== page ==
Posted By RichC on July 3, 2012
I was sad to hear of the death of Andy Griffith this morning. He will always be the iconic sheriff of Mayberry and for many exemplified what small town America and what the “folks” were suppose to be like … at least before the late 60s and70s. In my opinion, his acting in recent roles and films pale in comparison to impact of his 8 years of representing idyllic small town USA on black and white TV. Good memories …
Andy Griffith, the beloved actor who entertained television audiences for over half a century, has died, according to multiple reports. He turned 86 on June 1.—
Griffith passed away at his home in Manteo, North Carolina on Tuesday morning, according to his close friend former University of North Carolina president Bill Friday.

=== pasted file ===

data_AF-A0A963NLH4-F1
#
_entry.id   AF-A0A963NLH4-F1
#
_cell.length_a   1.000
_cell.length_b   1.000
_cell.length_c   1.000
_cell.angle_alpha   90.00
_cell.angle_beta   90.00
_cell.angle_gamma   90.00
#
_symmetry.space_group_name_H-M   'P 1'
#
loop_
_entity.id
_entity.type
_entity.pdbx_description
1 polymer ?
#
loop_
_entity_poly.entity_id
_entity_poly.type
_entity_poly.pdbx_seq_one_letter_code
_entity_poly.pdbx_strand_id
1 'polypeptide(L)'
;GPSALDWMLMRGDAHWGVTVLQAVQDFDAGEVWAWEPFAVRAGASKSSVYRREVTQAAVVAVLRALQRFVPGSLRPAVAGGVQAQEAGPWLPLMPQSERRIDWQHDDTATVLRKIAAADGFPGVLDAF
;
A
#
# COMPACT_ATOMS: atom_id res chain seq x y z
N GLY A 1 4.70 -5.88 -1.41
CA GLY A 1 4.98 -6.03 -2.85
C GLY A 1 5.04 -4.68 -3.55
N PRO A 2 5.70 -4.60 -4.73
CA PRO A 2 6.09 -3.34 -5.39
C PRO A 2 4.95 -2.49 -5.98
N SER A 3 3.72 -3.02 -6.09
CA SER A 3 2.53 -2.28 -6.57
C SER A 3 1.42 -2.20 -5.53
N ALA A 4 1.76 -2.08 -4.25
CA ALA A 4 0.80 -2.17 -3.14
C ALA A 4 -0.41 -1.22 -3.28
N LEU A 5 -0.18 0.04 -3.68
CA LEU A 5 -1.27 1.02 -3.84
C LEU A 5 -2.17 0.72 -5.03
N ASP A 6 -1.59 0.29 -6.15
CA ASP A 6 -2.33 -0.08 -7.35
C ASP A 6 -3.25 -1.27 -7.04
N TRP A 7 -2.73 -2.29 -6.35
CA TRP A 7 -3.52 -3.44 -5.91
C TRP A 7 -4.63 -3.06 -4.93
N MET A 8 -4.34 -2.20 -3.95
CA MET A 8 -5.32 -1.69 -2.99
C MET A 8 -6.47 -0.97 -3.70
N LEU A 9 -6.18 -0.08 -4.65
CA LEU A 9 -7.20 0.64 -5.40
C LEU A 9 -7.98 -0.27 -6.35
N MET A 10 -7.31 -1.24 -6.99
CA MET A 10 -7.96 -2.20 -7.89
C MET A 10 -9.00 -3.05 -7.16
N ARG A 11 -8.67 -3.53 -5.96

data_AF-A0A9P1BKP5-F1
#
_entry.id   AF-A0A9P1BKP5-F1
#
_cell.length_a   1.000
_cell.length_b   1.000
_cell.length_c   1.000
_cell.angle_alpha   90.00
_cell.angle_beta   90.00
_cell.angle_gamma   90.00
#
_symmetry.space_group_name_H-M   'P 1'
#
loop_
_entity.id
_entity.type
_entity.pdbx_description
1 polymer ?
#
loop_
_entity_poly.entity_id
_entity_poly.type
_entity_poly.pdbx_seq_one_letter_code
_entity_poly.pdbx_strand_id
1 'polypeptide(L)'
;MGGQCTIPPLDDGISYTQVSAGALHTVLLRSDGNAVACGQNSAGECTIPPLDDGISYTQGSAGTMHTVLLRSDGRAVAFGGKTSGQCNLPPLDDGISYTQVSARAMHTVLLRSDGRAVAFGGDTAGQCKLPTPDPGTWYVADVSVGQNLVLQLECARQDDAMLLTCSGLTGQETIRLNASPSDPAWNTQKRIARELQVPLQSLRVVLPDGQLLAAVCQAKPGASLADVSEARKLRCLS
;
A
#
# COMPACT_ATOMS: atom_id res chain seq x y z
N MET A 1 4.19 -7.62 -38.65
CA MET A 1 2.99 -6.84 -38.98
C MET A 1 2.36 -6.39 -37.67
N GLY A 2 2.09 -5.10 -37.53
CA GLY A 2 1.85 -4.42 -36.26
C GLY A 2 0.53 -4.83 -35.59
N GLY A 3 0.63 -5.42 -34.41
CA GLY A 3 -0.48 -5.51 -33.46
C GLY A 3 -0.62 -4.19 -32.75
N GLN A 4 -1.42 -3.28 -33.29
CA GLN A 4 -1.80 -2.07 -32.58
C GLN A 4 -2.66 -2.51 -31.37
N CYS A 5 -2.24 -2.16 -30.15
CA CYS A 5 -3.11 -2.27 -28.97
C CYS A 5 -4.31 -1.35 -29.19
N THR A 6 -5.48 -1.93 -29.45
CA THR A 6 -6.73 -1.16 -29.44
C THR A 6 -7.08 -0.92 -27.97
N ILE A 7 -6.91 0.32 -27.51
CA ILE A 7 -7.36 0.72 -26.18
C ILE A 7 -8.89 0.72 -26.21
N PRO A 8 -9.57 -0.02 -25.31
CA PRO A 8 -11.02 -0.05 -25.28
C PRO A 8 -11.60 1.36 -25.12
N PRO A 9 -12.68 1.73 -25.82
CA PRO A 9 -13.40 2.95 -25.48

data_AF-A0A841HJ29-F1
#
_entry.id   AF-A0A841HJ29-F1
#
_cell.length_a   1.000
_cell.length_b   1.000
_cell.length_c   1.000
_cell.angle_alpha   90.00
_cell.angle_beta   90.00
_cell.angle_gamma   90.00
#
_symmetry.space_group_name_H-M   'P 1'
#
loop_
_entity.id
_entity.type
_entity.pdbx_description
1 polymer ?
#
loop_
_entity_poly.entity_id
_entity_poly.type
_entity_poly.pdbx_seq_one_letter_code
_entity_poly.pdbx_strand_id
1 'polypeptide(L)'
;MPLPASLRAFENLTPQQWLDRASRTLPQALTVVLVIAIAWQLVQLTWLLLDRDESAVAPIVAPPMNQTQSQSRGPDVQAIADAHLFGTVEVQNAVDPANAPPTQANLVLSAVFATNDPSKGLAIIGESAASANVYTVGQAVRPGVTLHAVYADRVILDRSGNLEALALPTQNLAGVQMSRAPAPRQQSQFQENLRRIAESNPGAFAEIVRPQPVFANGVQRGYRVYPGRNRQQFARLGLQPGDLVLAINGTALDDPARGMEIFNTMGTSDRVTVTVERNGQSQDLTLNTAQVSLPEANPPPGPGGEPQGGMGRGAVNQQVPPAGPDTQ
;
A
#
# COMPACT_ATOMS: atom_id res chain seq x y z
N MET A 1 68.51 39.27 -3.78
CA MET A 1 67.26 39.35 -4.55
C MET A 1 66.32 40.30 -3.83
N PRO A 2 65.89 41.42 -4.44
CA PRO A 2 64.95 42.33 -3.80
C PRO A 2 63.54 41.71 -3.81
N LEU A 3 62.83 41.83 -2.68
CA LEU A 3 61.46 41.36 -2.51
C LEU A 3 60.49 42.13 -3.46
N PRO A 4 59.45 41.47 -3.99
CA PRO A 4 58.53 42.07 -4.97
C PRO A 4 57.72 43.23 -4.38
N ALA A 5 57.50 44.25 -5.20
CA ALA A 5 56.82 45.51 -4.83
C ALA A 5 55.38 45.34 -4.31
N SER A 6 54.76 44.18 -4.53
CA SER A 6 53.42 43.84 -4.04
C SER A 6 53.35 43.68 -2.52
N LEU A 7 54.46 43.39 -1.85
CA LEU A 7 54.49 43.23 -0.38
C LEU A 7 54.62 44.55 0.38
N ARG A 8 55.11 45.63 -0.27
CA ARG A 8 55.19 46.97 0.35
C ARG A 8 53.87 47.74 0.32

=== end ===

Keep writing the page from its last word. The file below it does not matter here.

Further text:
Griffith began his acting career in the 1950s with roles on Broadway and small but notable parts in film and television. However, it was a 1960 guest appearance on TV’s The Danny Thomas Show that launched Griffith to stardom in the role of small-town North Carolina Sheriff Andy Taylor.
Griffith’s turn as the affable, honest lawman of fictitious Mayberry — said to be modeled after Griffth’s own hometown of Mount Airy, N.C. — made The Andy Griffith Show a hit. It remains one of American television’s most enduring sitcoms, long after it ended its run in 1968.
Griffith starred in several less-successful series over the next 18 years before finding success with another small-town character: rumpled, guitar-picking country lawyer Ben Matlock in Matlock. The show, set again in the South — this time in Atlanta — ran from 1986 to 1995.
Griffith continued acting after Matlock ended, playing largely supporting roles in television and films. His most recent work, according to IMDB, was in 2009 in the independent film Play the Game.
He also released numerous comedy and music albums over the years, with most of the latter featuring hymns and Americana music. He won a Grammy for his 1997 album, I Love to Tell the Story — 25 Timeless Hymns.